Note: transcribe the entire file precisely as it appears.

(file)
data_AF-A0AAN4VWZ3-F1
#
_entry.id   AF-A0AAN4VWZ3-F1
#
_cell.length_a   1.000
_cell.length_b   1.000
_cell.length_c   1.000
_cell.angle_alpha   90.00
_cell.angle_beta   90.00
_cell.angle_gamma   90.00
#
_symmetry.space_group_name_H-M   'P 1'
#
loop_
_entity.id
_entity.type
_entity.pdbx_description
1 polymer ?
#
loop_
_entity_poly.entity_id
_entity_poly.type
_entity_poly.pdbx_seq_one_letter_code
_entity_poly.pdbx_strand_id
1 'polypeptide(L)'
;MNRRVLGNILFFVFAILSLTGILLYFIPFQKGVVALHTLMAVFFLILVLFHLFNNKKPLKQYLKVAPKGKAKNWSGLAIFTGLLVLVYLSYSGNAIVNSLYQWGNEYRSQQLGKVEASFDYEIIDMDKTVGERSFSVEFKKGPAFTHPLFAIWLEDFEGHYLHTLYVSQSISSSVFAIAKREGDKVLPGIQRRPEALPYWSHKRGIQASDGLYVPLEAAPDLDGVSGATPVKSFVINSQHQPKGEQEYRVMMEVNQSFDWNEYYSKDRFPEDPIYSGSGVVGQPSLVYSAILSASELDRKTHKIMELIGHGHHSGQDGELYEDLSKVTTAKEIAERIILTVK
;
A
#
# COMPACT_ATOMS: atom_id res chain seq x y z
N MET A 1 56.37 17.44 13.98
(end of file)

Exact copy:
data_AF-A0AAN4VWZ3-F1
#
_entry.id   AF-A0AAN4VWZ3-F1
#
_cell.length_a   1.000
_cell.length_b   1.000
_cell.length_c   1.000
_cell.angle_alpha   90.00
_cell.angle_beta   90.00
_cell.angle_gamma   90.00
#
_symmetry.space_group_name_H-M   'P 1'
#
loop_
_entity.id
_entity.type
_entity.pdbx_description
1 polymer ?
#
loop_
_entity_poly.entity_id
_entity_poly.type
_entity_poly.pdbx_seq_one_letter_code
_entity_poly.pdbx_strand_id
1 'polypeptide(L)'
;MNRRVLGNILFFVFAILSLTGILLYFIPFQKGVVALHTLMAVFFLILVLFHLFNNKKPLKQYLKVAPKGKAKNWSGLAIFTGLLVLVYLSYSGNAIVNSLYQWGNEYRSQQLGKVEASFDYEIIDMDKTVGERSFSVEFKKGPAFTHPLFAIWLEDFEGHYLHTLYVSQSISSSVFAIAKREGDKVLPGIQRRPEALPYWSHKRGIQASDGLYVPLEAAPDLDGVSGATPVKSFVINSQHQPKGEQEYRVMMEVNQSFDWNEYYSKDRFPEDPIYSGSGVVGQPSLVYSAILSASELDRKTHKIMELIGHGHHSGQDGELYEDLSKVTTAKEIAERIILTVK
;
A
#
# COMPACT_ATOMS: atom_id res chain seq x y z
N MET A 1 56.37 17.44 13.98